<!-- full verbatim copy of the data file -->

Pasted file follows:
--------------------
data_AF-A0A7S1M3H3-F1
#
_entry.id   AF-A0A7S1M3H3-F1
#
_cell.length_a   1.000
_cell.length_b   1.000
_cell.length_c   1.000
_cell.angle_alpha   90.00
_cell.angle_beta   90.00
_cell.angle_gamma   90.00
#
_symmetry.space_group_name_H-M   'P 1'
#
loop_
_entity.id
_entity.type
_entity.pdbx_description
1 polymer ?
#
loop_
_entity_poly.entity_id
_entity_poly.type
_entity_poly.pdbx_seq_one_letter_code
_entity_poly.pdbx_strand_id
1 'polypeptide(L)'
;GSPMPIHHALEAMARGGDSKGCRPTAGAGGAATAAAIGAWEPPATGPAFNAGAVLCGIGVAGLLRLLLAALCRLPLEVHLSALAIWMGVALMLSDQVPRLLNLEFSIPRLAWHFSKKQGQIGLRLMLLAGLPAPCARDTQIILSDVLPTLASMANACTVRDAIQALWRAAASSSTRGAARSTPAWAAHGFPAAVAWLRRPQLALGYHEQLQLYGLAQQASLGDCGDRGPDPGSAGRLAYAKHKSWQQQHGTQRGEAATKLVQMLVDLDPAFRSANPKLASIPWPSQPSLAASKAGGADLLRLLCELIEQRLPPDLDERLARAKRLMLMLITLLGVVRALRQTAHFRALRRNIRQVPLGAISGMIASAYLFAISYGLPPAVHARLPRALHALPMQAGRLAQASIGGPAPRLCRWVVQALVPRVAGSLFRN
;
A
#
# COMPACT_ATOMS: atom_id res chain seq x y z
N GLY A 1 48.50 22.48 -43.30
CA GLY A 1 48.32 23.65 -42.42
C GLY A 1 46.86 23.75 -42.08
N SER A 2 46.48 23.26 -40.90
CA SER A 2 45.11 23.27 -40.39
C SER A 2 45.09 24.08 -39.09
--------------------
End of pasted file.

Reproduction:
data_AF-A0A7S1M3H3-F1
#
_entry.id   AF-A0A7S1M3H3-F1
#
_cell.length_a   1.000
_cell.length_b   1.000
_cell.length_c   1.000
_cell.angle_alpha   90.00
_cell.angle_beta   90.00
_cell.angle_gamma   90.00
#
_symmetry.space_group_name_H-M   'P 1'
#
loop_
_entity.id
_entity.type
_entity.pdbx_description
1 polymer ?
#
loop_
_entity_poly.entity_id
_entity_poly.type
_entity_poly.pdbx_seq_one_letter_code
_entity_poly.pdbx_strand_id
1 'polypeptide(L)'
;GSPMPIHHALEAMARGGDSKGCRPTAGAGGAATAAAIGAWEPPATGPAFNAGAVLCGIGVAGLLRLLLAALCRLPLEVHLSALAIWMGVALMLSDQVPRLLNLEFSIPRLAWHFSKKQGQIGLRLMLLAGLPAPCARDTQIILSDVLPTLASMANACTVRDAIQALWRAAASSSTRGAARSTPAWAAHGFPAAVAWLRRPQLALGYHEQLQLYGLAQQASLGDCGDRGPDPGSAGRLAYAKHKSWQQQHGTQRGEAATKLVQMLVDLDPAFRSANPKLASIPWPSQPSLAASKAGGADLLRLLCELIEQRLPPDLDERLARAKRLMLMLITLLGVVRALRQTAHFRALRRNIRQVPLGAISGMIASAYLFAISYGLPPAVHARLPRALHALPMQAGRLAQASIGGPAPRLCRWVVQALVPRVAGSLFRN
;
A
#
# COMPACT_ATOMS: atom_id res chain seq x y z
N GLY A 1 48.50 22.48 -43.30
CA GLY A 1 48.32 23.65 -42.42
C GLY A 1 46.86 23.75 -42.08
N SER A 2 46.48 23.26 -40.90
CA SER A 2 45.11 23.27 -40.39
C SER A 2 45.09 24.08 -39.09